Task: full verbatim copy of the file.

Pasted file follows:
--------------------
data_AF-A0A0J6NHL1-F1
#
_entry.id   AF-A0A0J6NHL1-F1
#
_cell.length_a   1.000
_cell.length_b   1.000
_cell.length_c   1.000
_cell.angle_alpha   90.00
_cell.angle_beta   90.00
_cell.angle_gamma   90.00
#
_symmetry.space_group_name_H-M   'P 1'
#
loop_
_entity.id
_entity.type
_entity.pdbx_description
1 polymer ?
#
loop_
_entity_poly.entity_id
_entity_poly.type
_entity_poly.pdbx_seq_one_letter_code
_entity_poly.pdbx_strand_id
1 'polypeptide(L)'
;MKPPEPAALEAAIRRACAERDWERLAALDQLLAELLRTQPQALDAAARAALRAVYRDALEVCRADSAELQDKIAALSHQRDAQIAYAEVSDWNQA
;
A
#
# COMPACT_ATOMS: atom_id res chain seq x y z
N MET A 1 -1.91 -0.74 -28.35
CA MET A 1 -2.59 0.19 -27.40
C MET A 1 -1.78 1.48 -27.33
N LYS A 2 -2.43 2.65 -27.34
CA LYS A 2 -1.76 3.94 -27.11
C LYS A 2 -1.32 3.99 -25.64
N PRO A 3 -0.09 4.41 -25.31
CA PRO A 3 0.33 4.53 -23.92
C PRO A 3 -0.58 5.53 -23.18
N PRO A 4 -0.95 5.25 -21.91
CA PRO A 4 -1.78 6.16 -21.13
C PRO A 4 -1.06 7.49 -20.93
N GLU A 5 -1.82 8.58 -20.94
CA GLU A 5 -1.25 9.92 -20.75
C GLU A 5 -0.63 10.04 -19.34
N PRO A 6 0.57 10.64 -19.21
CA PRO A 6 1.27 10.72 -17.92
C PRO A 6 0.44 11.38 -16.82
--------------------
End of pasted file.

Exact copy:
data_AF-A0A0J6NHL1-F1
#
_entry.id   AF-A0A0J6NHL1-F1
#
_cell.length_a   1.000
_cell.length_b   1.000
_cell.length_c   1.000
_cell.angle_alpha   90.00
_cell.angle_beta   90.00
_cell.angle_gamma   90.00
#
_symmetry.space_group_name_H-M   'P 1'
#
loop_
_entity.id
_entity.type
_entity.pdbx_description
1 polymer ?
#
loop_
_entity_poly.entity_id
_entity_poly.type
_entity_poly.pdbx_seq_one_letter_code
_entity_poly.pdbx_strand_id
1 'polypeptide(L)'
;MKPPEPAALEAAIRRACAERDWERLAALDQLLAELLRTQPQALDAAARAALRAVYRDALEVCRADSAELQDKIAALSHQRDAQIAYAEVSDWNQA
;
A
#
# COMPACT_ATOMS: atom_id res chain seq x y z
N MET A 1 -1.91 -0.74 -28.35
CA MET A 1 -2.59 0.19 -27.40
C MET A 1 -1.78 1.48 -27.33
N LYS A 2 -2.43 2.65 -27.34
CA LYS A 2 -1.76 3.94 -27.11
C LYS A 2 -1.32 3.99 -25.64
N PRO A 3 -0.09 4.41 -25.31
CA PRO A 3 0.33 4.53 -23.92
C PRO A 3 -0.58 5.53 -23.18
N PRO A 4 -0.95 5.25 -21.91
CA PRO A 4 -1.78 6.16 -21.13
C PRO A 4 -1.06 7.49 -20.93
N GLU A 5 -1.82 8.58 -20.94
CA GLU A 5 -1.25 9.92 -20.75
C GLU A 5 -0.63 10.04 -19.34
N PRO A 6 0.57 10.64 -19.21
CA PRO A 6 1.27 10.72 -17.92
C PRO A 6 0.44 11.38 -16.82